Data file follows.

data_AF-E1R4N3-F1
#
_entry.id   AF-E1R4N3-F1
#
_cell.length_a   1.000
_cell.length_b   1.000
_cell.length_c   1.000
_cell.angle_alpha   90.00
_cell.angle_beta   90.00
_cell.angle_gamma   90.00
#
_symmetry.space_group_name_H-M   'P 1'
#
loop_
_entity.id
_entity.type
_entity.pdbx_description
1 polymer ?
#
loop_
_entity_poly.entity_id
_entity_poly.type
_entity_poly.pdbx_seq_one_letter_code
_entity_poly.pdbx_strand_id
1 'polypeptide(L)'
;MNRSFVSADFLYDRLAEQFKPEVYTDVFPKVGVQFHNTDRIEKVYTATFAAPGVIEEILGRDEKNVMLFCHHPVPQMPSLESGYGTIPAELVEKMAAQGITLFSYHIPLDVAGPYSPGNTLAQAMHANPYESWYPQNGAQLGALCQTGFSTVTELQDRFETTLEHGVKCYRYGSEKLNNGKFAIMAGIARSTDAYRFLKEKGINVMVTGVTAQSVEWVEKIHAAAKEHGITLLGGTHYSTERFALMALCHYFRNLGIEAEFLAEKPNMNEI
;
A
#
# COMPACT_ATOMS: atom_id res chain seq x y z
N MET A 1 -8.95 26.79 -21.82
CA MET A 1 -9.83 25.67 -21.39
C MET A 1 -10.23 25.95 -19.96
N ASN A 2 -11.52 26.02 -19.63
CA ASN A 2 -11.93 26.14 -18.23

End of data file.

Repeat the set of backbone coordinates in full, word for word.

data_AF-E1R4N3-F1
#
_entry.id   AF-E1R4N3-F1
#
_cell.length_a   1.000
_cell.length_b   1.000
_cell.length_c   1.000
_cell.angle_alpha   90.00
_cell.angle_beta   90.00
_cell.angle_gamma   90.00
#
_symmetry.space_group_name_H-M   'P 1'
#
loop_
_entity.id
_entity.type
_entity.pdbx_description
1 polymer ?
#
loop_
_entity_poly.entity_id
_entity_poly.type
_entity_poly.pdbx_seq_one_letter_code
_entity_poly.pdbx_strand_id
1 'polypeptide(L)'
;MNRSFVSADFLYDRLAEQFKPEVYTDVFPKVGVQFHNTDRIEKVYTATFAAPGVIEEILGRDEKNVMLFCHHPVPQMPSLESGYGTIPAELVEKMAAQGITLFSYHIPLDVAGPYSPGNTLAQAMHANPYESWYPQNGAQLGALCQTGFSTVTELQDRFETTLEHGVKCYRYGSEKLNNGKFAIMAGIARSTDAYRFLKEKGINVMVTGVTAQSVEWVEKIHAAAKEHGITLLGGTHYSTERFALMALCHYFRNLGIEAEFLAEKPNMNEI
;
A
#
# COMPACT_ATOMS: atom_id res chain seq x y z
N MET A 1 -8.95 26.79 -21.82
CA MET A 1 -9.83 25.67 -21.39
C MET A 1 -10.23 25.95 -19.96
N ASN A 2 -11.52 26.02 -19.63
CA ASN A 2 -11.93 26.14 -18.23